Seaforth See Horses
There are many architectural gems in historic downtown Seaforth, each one a remnant revealing a piece of a portrait of a bustling rural hub. Downtown Seaforth in the heyday of train travel was a well-oiled machine, and successful industries created a push for increased developments in transit, lodging, and communication, which is not bad for an area called Guide Board Swamp in the early days of Southwestern Ontario! The downtown core was even designated a Heritage Conservation District in 1984 and has no less than 54 protected 19th century buildings in just a few blocks.
Most of the historic buildings in Seaforth were built between 1868 and 1878 following a great fire that devastated the downtown core, but one of the sharpest of these well-preserved buildings, The Commercial Hotel, was built just a little later, in 1895.
The necessity of a new hotel just a few years after the rebuilding of Seaforth is a testament to how successful the village’s efforts were. Located on the east side of the street, the three-storey hotel quickly became a staple of the late 19th century streetscape.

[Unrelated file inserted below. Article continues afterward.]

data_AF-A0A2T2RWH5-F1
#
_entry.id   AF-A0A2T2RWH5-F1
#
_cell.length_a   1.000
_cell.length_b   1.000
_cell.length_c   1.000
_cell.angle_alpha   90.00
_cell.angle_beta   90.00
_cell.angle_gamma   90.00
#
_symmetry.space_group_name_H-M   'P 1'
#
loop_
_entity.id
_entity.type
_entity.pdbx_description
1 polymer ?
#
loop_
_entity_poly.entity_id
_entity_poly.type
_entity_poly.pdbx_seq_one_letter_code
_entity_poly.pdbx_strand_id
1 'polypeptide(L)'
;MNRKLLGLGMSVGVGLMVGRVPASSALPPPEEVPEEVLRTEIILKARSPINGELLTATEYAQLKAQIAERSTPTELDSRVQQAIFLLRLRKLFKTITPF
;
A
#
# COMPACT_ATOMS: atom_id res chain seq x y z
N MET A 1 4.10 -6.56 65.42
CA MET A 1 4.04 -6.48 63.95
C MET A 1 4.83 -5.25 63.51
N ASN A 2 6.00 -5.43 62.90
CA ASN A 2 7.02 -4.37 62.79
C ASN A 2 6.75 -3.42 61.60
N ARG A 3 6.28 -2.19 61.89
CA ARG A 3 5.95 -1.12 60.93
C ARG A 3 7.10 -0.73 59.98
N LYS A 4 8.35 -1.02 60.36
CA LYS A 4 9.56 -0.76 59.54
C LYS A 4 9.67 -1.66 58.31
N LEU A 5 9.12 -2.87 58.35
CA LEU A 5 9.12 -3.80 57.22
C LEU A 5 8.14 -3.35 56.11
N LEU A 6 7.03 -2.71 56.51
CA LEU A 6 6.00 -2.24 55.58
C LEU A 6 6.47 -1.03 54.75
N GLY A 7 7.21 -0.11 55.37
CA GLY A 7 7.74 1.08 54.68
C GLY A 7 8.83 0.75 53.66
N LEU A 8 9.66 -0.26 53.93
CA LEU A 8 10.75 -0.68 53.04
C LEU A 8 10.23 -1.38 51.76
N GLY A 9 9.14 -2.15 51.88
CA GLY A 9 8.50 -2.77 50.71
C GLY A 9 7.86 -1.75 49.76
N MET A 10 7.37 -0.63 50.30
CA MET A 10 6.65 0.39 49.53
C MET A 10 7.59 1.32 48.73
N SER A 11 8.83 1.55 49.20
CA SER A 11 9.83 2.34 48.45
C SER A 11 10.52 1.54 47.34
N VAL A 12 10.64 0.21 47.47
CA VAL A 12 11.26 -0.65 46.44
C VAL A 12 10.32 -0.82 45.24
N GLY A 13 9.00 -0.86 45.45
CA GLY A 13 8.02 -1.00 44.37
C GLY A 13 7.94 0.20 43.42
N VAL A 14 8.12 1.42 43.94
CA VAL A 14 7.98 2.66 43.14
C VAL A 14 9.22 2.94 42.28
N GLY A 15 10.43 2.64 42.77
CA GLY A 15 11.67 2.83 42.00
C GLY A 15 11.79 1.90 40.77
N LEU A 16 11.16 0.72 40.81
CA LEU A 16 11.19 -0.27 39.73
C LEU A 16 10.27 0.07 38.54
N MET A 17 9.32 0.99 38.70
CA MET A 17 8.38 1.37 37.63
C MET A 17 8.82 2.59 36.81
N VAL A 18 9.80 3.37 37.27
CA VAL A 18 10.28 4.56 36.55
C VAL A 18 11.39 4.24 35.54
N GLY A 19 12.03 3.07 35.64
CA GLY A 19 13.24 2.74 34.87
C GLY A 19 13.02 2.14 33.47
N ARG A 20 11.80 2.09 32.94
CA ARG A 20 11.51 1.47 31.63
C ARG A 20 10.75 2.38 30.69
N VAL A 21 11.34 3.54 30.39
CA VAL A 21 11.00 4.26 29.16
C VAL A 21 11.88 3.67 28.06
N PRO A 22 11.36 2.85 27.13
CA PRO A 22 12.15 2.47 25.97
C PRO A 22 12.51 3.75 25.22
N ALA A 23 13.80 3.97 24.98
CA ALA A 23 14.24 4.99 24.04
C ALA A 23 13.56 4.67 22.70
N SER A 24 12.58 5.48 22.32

There are many details worth noting both inside and outside the hotel, like the brickwork around the windows or the raised letters that say ‘Commercial Hotel 1895’ across the front of the building, but one of the most distinct flourishes of the hotel is also one of the easiest ones to miss. At the side of the building, less than halfway up are two black busts of horses, jutting out of the bricks.
The beautifully rendered stallions are a reminder that, beginning in the mid-1800s, stagecoaches were used in Seaforth to deliver mail and people to the surrounding towns, a practice that continued well into the 1930s. The next time you’re strolling the streets of Seaforth, look up at the side of The Commercial Hotel and say hello to these two handsome boys that stand as a reminder of a bygone age. 84 Main St S, Seaforth.